Around the world
Rwanda: Alongside the Rwandan government, we’re pioneering a new approach to improve the nations’ literacy levels. We’re increasing the number of quality children’s books, setting up reading clubs and supporting parents and teachers.
Emergencies: After a disaster hits, children always tell us the same thing: they want to get back to school. We’re making sure that education is a fundamental part of our emergency responses. In 2018, our Education in Emergency programmes provided essential education support to more than 290,000 children across 19 countries.
Child refugees: We’ve teamed up with the UN refugee agency UNHCR and Pearson to shine a light on efforts to provide education to the world’s refugees. We want to identify the projects with the most promise of contributing to wider change, then document and promote them.
Syria: In war-torn Syria, children missing out on school are increasingly at risk of being dragged into armed groups, early marriage or child labour. We're helping keep them safe by supporting them to get back into education.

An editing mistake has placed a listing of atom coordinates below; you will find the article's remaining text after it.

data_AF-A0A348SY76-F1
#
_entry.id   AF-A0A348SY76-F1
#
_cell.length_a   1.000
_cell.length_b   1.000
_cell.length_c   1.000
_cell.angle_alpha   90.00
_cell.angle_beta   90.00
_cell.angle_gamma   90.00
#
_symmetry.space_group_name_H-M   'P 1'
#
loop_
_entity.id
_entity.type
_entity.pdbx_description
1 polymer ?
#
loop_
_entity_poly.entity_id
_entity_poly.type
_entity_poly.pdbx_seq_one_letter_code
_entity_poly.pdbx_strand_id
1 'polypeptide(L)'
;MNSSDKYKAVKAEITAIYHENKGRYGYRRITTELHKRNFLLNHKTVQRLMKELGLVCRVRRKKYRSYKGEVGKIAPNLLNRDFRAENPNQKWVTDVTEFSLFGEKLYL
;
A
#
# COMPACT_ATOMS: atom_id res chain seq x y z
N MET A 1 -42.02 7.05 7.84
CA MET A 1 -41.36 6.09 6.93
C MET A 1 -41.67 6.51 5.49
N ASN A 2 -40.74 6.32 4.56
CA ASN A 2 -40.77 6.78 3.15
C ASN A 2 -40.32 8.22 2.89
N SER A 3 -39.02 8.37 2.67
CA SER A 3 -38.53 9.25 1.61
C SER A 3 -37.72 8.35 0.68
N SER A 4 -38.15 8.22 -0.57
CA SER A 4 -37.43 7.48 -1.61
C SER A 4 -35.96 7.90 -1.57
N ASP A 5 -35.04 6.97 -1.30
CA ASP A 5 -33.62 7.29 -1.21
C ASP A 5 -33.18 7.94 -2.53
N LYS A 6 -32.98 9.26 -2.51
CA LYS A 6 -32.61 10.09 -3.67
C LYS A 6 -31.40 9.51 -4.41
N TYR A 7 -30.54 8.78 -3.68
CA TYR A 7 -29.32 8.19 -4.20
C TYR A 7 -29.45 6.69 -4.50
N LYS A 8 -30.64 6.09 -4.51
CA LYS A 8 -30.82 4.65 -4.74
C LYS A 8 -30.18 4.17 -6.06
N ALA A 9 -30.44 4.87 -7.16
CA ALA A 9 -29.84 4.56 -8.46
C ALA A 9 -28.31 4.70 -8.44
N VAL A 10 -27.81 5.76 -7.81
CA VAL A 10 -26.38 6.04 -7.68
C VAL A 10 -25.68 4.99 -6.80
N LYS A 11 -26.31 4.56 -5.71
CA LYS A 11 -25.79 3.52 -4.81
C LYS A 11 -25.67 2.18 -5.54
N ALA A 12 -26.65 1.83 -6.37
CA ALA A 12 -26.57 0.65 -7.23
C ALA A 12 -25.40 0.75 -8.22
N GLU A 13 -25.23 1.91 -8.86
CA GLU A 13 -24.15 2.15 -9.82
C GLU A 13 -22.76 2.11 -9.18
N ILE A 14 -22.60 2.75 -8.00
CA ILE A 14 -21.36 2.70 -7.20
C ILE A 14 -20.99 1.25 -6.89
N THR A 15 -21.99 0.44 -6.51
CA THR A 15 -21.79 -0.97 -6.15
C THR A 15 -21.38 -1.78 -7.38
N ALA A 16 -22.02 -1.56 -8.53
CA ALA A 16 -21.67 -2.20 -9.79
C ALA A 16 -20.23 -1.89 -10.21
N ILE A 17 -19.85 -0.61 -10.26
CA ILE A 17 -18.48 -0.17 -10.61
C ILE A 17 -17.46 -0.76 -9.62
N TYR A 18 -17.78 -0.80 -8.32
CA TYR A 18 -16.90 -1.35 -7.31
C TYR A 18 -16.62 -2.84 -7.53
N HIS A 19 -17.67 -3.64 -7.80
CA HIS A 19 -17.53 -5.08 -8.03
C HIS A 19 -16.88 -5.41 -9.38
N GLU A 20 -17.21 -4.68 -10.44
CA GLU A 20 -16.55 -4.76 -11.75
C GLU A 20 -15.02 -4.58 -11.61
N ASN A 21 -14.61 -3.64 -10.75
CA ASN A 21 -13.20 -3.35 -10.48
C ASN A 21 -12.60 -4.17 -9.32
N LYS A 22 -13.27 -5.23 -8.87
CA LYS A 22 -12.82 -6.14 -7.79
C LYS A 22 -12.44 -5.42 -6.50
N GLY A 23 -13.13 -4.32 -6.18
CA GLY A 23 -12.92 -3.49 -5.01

Girls’ education: Learning can be a lifeline for girls. It makes them less vulnerable to early marriage and more able to live independent lives. In Afghanistan, Ethiopia, Mozambique and the Democratic Republic of Congo, we’re giving thousands of girls the support they need to stay in education.
Philippines: Our First Read programme is giving parents in the Philippines the knowledge, skills and resources they need to support their child’s early learning and development.
In the UK
In 2018 we supported UK parents to take a more active role in their children's early development, and helped them build a home environment fit for children to learn in. We put the cost of childcare high on the political agenda and shone a light on the importance of a skilled early education workforce - especially in the county's poorest areas.
Families Connect: Our Families Connect programme builds on feedback from parents looking for more help to support their children’s learning in three key areas: literacy and language development, numeracy and emotional development.
Over the course of eight weeks, parents learn how to support their children’s education at home by doing a series of fun and engaging activities.